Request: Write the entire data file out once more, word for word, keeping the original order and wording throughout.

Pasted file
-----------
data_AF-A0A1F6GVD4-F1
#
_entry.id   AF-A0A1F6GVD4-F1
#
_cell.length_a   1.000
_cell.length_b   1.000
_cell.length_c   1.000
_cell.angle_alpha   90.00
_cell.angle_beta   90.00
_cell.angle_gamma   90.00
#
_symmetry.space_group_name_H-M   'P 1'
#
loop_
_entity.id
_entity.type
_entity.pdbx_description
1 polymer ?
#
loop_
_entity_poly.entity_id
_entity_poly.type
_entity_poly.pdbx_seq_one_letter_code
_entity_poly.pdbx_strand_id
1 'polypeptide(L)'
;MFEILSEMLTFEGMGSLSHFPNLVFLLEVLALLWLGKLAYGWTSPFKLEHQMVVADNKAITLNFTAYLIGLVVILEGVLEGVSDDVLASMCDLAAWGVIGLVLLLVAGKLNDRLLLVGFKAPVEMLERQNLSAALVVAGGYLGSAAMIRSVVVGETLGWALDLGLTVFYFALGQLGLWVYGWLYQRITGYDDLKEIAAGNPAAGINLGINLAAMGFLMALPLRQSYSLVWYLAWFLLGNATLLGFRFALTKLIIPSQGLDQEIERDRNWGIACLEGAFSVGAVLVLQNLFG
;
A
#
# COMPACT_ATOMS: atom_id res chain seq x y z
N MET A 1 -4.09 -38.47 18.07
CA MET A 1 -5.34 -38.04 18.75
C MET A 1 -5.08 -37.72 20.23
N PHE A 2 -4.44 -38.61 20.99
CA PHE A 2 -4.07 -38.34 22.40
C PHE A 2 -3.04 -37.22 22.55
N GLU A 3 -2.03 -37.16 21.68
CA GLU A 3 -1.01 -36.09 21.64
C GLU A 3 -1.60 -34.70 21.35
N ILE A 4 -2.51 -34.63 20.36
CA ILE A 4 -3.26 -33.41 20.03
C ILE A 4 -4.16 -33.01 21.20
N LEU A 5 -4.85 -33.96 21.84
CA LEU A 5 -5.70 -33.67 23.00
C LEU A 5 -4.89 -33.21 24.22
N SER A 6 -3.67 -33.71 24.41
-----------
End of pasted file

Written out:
data_AF-A0A1F6GVD4-F1
#
_entry.id   AF-A0A1F6GVD4-F1
#
_cell.length_a   1.000
_cell.length_b   1.000
_cell.length_c   1.000
_cell.angle_alpha   90.00
_cell.angle_beta   90.00
_cell.angle_gamma   90.00
#
_symmetry.space_group_name_H-M   'P 1'
#
loop_
_entity.id
_entity.type
_entity.pdbx_description
1 polymer ?
#
loop_
_entity_poly.entity_id
_entity_poly.type
_entity_poly.pdbx_seq_one_letter_code
_entity_poly.pdbx_strand_id
1 'polypeptide(L)'
;MFEILSEMLTFEGMGSLSHFPNLVFLLEVLALLWLGKLAYGWTSPFKLEHQMVVADNKAITLNFTAYLIGLVVILEGVLEGVSDDVLASMCDLAAWGVIGLVLLLVAGKLNDRLLLVGFKAPVEMLERQNLSAALVVAGGYLGSAAMIRSVVVGETLGWALDLGLTVFYFALGQLGLWVYGWLYQRITGYDDLKEIAAGNPAAGINLGINLAAMGFLMALPLRQSYSLVWYLAWFLLGNATLLGFRFALTKLIIPSQGLDQEIERDRNWGIACLEGAFSVGAVLVLQNLFG
;
A
#
# COMPACT_ATOMS: atom_id res chain seq x y z
N MET A 1 -4.09 -38.47 18.07
CA MET A 1 -5.34 -38.04 18.75
C MET A 1 -5.08 -37.72 20.23
N PHE A 2 -4.44 -38.61 20.99
CA PHE A 2 -4.07 -38.34 22.40
C PHE A 2 -3.04 -37.22 22.55
N GLU A 3 -2.03 -37.16 21.68
CA GLU A 3 -1.01 -36.09 21.64
C GLU A 3 -1.60 -34.70 21.35
N ILE A 4 -2.51 -34.63 20.36
CA ILE A 4 -3.26 -33.41 20.03
C ILE A 4 -4.16 -33.01 21.20
N LEU A 5 -4.85 -33.96 21.84
CA LEU A 5 -5.70 -33.67 23.00
C LEU A 5 -4.89 -33.21 24.22
N SER A 6 -3.67 -33.71 24.41